1 tablespoon olive oil
1 tablespoon red wine vinegar
1/4 cup fresh mint leaves, chopped
1/4 cup fresh basil leaves, chopped
Combine ingredients in a large, flat-bottom bowl or pan. Use an immerson blender to liquify cucumber.* Season with salt and pepper to taste (I used 1 generous teaspoon salt and a pinch of pepper).
*If you don't have an immersion blender, use a regular blender or food processor to liquify the cucs, then combine with remaining ingredients.
Cucumber and Wasabi Soup (adapted from Epicurious)
Six one cup servings
3 cucumbers, peeled, seeded, and chopped
1/2 tablespoon rice wine vinegar
1-2 teaspoons sea salt
1/2 tablespoon fresh lime juice
1 teaspoon wasabi paste
1 pint yogurt
2 tablespoons finely chopped fresh chives
Use a blender or food processor to liquify cucumbers with all but the last two ingredients. Whisk cucumbers with yogurt and chives in a bowl. Can be made up to one day ahead of serving.
Visit Kelly the Kitchen Kop for more Real Food Wednesday posts!
Thursday, July 16, 2009
Southern Potato Salad with Sunchoke Relish
If you can't pick up a jar of Sassafras Kitchen's Sunchoke Relish yourself, try this recipe from Lemonbasil, which looks to me like it would make a very reasonable facisimile.
2 pounds fingerling potatoes
1/2 cup mayonnaise
1 cup sunchoke relish
salt, pepper to taste
In a large pot containing enough water to cover by a couple inches, bring potatoes to a boil and cook for 15-20 minutes. Mix mayonnaise and relish. Drain potatos in a colander. When they are just cool enough to handle, slice potatoes into bite-size pieces and return to cooking pot. Toss sliced potatoes with mayonnaise and relish while potatoes are still warm, which helps them absorb the flavor of the dressing better. Add salt and pepper if desired. Serve warm or cold.
Monday, July 13, 2009
For many reasons, I have long been interested in raising chickens for meat, but until recently, the only meat (as opposed to egg-laying) breed I knew of was the Cornish Cross. This is the white chicken raised by commercial growers, but I was reluctant to raise them myself as they have many health problems due to their extremely rapid growth. Cornish crosses tend to have weak legs, heart attacks, congestive heart failure. They don't forage well or tolerate heat, because they tend to just sit around the feed trough and won't cross a yard to get water. Not the bird for me to include in my free-ranging backyard flock!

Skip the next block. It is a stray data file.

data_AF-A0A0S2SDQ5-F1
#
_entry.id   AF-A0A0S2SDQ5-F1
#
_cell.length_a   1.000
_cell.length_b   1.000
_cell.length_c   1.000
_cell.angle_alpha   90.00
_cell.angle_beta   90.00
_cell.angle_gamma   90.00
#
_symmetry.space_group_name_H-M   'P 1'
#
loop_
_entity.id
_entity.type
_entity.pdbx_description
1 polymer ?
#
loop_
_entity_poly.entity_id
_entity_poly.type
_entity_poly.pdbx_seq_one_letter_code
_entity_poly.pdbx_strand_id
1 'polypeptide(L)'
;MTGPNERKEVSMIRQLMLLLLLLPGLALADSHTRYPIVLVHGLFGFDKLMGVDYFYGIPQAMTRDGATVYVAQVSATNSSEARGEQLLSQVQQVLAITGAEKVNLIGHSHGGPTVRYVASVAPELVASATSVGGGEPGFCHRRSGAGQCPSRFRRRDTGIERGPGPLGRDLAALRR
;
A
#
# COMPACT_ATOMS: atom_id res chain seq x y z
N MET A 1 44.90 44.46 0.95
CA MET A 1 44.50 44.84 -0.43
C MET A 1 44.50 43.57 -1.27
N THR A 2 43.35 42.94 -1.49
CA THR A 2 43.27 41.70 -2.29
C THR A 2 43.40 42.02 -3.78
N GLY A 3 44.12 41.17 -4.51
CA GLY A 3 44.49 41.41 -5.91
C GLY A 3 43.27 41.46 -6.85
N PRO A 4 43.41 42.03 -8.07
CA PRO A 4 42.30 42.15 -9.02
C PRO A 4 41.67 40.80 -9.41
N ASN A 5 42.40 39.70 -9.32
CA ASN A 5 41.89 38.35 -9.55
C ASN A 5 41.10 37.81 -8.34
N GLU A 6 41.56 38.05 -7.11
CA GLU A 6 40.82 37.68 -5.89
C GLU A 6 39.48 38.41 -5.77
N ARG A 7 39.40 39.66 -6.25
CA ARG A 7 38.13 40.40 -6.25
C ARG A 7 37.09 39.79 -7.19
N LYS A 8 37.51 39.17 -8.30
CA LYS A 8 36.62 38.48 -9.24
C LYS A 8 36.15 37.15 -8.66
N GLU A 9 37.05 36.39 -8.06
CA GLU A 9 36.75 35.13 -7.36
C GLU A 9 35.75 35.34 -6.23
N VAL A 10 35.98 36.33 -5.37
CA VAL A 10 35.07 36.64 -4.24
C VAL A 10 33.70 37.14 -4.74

This spring, I learned about the availability of chicks derived from American and European heritage breeds that were developed to meet the standards of the French Label Rouge Free Range program. The "Le Poulet" breed retains the chicken's natural instinct for foraging outdoors and because they are slower growing, do not have the health problems associated with the Cornish Cross. I knew I had found my bird.
So, in late April, we picked up five Le Poulet chicks and three layer chicks and kept them inside under a warming light. A few weeks later, we moved them outside and by the 4th of July, the broilers, now pullets, were nearly the same size as our hens and twice as big as the layer pullets that had hatched the same week. Independence Day morning, Mike, the kids, and I loaded our meat birds into our car and took them to a friends for butchering. Her family had raised 35 of the same chickens and had rented equipment to ease slaughtering and feather removal. Another family, along with a couple other women who were interested in learning about the butchering process, were already working when we arrived.
The gendered division of labor reminded me of when I helped butcher on my uncle's farm as a girl: the men dispatched the animals, while the women took care of most of the remaining details. Honestly, I preferred my jobs to theirs, though I watched Mike put a chicken in the killing cone and slit its throat. If I didn't have him around for such a task, I'm sure I'd find the mettle to do it myself, but I was glad not to.
When I arrived, Tiffany, who has been helping raise and butcher chickens for three years now, showed me how to remove a chicken's oil gland, feet, head, neck, and organs. The work was fascinating and gruesome at the same time. We worked outside, shaded from the hot summer sun by a canopy set up on the deck over an old kitchen counter top. Doing productive work in convivial, supportive company made the morning go by quickly. (I don't have pictures, but Matron of Husbandry, one of my favorite bloggers, has a post about butchering chickens that depicts a process much like the one we used, though we were working on a much smaller scale.)
Our kids wandered in and out of the house, occasionally asking the moms questions about chicken entrails or watching the dads do their work. My kids (3 and 6) had known from when we first got the chicks that some were going to become meat for us, and while both of them had expressed some sadness that morning about butchering them, in the end, they were excited about the opportunity to complete the circle and eat meat from these animals they had helped raise.